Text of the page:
In 2017 we’ve seen progress of acceptance and representation of gay and lesbian individuals. When it comes to accepting and representing transgender individuals, however, there’s a lot more progress to be made.
One author is seeking to bridge the gap between the LGBT community and the public through representation, using the transgender protagonist in the children’s book, George.
Image Via Amazon
Gino’s book follows a transgender child who tries to find a way to help others understand her true identity as a female and shed the perception of gender that is ingrained in her community. Gino effectively dives into the discussion of gender, expectations, and reality with this moving tale. While the book is targeted towards an audience of ages eight to twelve, every reader can take something away from the story.
Unsurprisingly in the modern age when even classic novels are banned by schools, Gino’s book about a transgender character was kept off the list of required texts in Wichita schools at the beginning of the 2017 school year.
While the decision was left up to the librarians at each school in regards to whether or not George would be included on shelves, (only 4 out of 57 elementary and middle schools carry the book), the lack of encouragement from school distracts can have very real effects for readers who can benefit from the exposure.
Gino, who identifies as genderqueer and prefers to be addressed as “they” in place of typical he/her gender pronouns, believes the representation of transgender youth is beneficial to readers of all demographics.
Image Via World Magazine
Some adults get all sorts of nervous when they think about how to talk about trans and queer issues with children. But the thing is, kids don’t have a problem until they learn to. The question of whether stories like George are age-appropriate are ridiculous, because there is no age before which it is appropriate to be compassionate.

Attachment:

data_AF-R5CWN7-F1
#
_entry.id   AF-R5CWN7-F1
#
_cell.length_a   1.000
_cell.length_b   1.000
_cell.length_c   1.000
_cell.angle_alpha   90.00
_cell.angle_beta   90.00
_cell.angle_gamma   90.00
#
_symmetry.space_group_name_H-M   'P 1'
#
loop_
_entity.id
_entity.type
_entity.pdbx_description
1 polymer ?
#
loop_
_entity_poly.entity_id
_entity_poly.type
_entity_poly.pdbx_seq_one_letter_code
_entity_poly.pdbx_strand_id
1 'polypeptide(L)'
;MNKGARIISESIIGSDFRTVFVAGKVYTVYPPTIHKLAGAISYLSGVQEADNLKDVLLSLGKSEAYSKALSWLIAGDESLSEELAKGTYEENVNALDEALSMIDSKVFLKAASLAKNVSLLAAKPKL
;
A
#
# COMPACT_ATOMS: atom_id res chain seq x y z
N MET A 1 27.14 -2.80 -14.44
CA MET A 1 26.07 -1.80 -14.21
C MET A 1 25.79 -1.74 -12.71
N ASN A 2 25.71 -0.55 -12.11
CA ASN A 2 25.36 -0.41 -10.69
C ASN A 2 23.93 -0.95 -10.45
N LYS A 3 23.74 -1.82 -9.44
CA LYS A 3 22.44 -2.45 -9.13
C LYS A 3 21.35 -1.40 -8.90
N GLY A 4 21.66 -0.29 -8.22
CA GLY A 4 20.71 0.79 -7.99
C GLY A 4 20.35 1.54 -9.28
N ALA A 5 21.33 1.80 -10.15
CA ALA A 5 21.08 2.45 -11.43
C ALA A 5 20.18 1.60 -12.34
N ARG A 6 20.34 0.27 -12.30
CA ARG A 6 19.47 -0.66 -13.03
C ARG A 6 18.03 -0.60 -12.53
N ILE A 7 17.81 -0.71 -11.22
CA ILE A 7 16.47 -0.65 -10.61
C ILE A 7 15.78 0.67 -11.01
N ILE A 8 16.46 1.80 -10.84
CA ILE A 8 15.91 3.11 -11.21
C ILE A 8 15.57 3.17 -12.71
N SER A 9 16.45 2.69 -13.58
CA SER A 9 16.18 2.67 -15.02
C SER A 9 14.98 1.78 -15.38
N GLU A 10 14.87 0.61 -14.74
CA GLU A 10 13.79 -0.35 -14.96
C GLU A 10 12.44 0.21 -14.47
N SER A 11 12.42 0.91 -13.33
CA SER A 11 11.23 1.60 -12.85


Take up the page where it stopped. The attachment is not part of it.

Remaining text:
Gail Becker, supervisor of library media for the Wichita school district, defended her decision to leave George off the master list titles.
She told The Wichita Eagle that the mature language in the book led to her decision.
“When I read this book, I kept reminding myself to look at it through the eyes of an eight-year-old, because that’s the intended audience,” Becker said. “I made the decision that … the maturity level of third grade was not appropriate for that book.”
While the book does include some mature language, including mention of sex reassignment surgery, by disregarding the book entirely it effectively closes the conversation about transgender youth. Yes, mature language can, at times, be uncomfortable. However, I would think that the inability to understand and empathize with others simply because of their gender and/or sexuality would be much more uncomfortable.
Image Via Daily Hampshire Gazette/Jeffrey Roberts
Ignoring differences related to gender and sexuality doesn’t help encourage understanding and recognition. Just as the discussion of sex, race, religion, and so on needs to be discussed in order to create an informed and understanding community, so does the discussion of gender and sexuality.
As Gino emphasizes, “access to validating stories saves lives. If younger folks learn to talk about queer and trans people in the world, the more we can hope to grow into a society in which queer and trans people are not only accepted, but celebrated.”
While school districts will continue to resist books like George in the upcoming years, it’s up to the public to encourage and participate in the discussion of gender and sexuality. Resistance and censorship won’t create understanding and change, it will only lead to ignorance.
“It’s not just trans kids who need trans stories,” Gino continues, “we all need to see each other as people if we have any hope of getting through the next century.”
Featured Image Is Book Cover Courtesy of CSDOLA